Public lecture: From genes to advanced therapies for neurodegenerative diseases
From genes to advanced therapies for neurodegenerative diseases
A scientific journey through time and discoveries
Friday 28th February, 5pm
Sheffield Institute for Translational Neuroscience (SITraN)
Followed by a drinks reception
In October 2019, Dr Guillaume Hautbergue, Senior Lecturer in Translational RNA Biology in the Department of Neuroscience, was elected as a Fellow of the Royal Society of Biology. Dr Hautbergue was selected in recognition of his prominent contribution to the advancement of the Biological Sciences.
In celebration of this prestigious award, Dr Hautbergue will deliver a public lecture at the Sheffield Institute for Translational Neuroscience (SITraN).
Dr Hautbergue joined SITraN in August 2012 to set up a specialist laboratory for RNA Molecular Biology. His area of research and teaching focuses on the investigation of gene expression in physiological and neurodegenerative diseases with a particular research focus on motor neurone disease (MND).
Research in his group aims at identifying dysregulated gene expression events that cause incurable neurodegenerative conditions such as MND in order to correct these using gene therapy approaches.
Dr Hautbergue and colleagues showed for the first time that manipulating a cellular process involved in the transport of RNA molecules across nuclear pores confers a novel potential strategy of neuroprotection for the most common form of MND.
Throughout his career, Dr Hautbergue has had a variety of roles across the RNA field which have allowed him to become an advisor to students and colleagues on translational and RNA biology experiments. As an elected member of the Royal Society of Biology, Dr Hautbergue will also contribute to policy making, strategy and influence developments in science within the Royal Society of Biology.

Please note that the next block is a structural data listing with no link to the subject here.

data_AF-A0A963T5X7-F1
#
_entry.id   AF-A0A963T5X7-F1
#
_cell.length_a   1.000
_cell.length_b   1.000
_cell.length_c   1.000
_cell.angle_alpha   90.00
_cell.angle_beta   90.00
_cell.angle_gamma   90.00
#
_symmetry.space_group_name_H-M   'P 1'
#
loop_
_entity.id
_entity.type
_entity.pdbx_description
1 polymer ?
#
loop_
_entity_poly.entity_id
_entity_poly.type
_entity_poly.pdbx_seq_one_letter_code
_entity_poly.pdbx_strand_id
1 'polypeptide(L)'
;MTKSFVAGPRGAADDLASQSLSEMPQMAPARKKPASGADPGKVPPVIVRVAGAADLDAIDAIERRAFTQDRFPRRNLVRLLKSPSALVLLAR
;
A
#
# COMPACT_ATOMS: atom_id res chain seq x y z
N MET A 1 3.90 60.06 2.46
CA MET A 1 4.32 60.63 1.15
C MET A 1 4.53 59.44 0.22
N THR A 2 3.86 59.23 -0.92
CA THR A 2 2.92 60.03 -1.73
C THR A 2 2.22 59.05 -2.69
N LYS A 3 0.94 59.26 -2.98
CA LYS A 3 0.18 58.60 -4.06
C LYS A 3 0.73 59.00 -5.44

On being elected as a Fellow of the Royal Society of Biology, Dr Hautbergue said: “It is a great honour and privilege to have been invited to become a Fellow of the Royal Society of Biology following a nomination and a review process that was unknown to me.”
“None of this would have been possible without the excellent researchers that are surrounding me, both junior and senior, as well as all of the technical and professional teams that support our work. I would like to thank all of them for the inspiring research and teaching atmosphere they create in the Department of Neuroscience.”
Being part of the Royal Society of Biology means that Dr Hautbergue joins a community of over 17,500 leading minds that make up the diverse membership of individuals and organisations from across the world.
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